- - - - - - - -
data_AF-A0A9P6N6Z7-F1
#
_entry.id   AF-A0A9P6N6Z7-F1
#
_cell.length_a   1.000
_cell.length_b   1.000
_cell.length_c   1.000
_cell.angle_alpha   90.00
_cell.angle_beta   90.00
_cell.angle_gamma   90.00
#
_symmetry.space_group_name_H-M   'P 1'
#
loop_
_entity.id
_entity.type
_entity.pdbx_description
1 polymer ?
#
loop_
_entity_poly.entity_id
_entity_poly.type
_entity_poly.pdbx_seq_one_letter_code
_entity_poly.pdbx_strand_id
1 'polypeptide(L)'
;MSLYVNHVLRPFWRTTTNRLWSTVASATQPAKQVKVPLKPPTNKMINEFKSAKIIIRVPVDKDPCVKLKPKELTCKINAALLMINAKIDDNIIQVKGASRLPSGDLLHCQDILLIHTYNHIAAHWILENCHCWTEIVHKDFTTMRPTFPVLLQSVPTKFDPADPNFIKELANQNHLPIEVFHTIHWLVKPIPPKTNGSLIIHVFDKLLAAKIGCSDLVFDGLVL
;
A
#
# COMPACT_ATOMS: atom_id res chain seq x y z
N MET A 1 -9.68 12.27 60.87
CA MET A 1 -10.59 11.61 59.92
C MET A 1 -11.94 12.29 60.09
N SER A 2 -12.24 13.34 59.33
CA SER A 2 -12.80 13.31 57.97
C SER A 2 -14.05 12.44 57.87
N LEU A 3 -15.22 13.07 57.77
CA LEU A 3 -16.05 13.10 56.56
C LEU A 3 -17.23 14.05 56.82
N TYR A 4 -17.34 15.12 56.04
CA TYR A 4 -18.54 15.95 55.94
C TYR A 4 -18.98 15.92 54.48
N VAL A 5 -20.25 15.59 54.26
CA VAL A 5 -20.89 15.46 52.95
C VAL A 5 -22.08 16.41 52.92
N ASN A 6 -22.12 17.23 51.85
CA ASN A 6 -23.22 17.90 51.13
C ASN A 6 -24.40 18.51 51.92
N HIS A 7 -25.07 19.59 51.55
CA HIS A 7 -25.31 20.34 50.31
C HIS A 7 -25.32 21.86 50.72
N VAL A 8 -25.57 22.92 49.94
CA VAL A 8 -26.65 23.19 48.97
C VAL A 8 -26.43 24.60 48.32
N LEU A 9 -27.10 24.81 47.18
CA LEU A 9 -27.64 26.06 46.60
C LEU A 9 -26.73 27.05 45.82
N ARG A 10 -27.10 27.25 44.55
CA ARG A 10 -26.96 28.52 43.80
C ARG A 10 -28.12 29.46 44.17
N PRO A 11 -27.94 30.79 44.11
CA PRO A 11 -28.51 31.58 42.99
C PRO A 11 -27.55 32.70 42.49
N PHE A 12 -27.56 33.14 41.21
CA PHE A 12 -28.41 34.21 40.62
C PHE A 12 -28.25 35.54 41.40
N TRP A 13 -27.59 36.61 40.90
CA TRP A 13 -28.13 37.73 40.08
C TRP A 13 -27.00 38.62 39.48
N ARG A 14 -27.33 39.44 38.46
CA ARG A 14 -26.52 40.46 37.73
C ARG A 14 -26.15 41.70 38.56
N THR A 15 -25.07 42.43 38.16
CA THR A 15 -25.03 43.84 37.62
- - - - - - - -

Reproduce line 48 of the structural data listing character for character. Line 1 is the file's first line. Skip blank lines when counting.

C ASN A 6 -24.40 18.51 51.92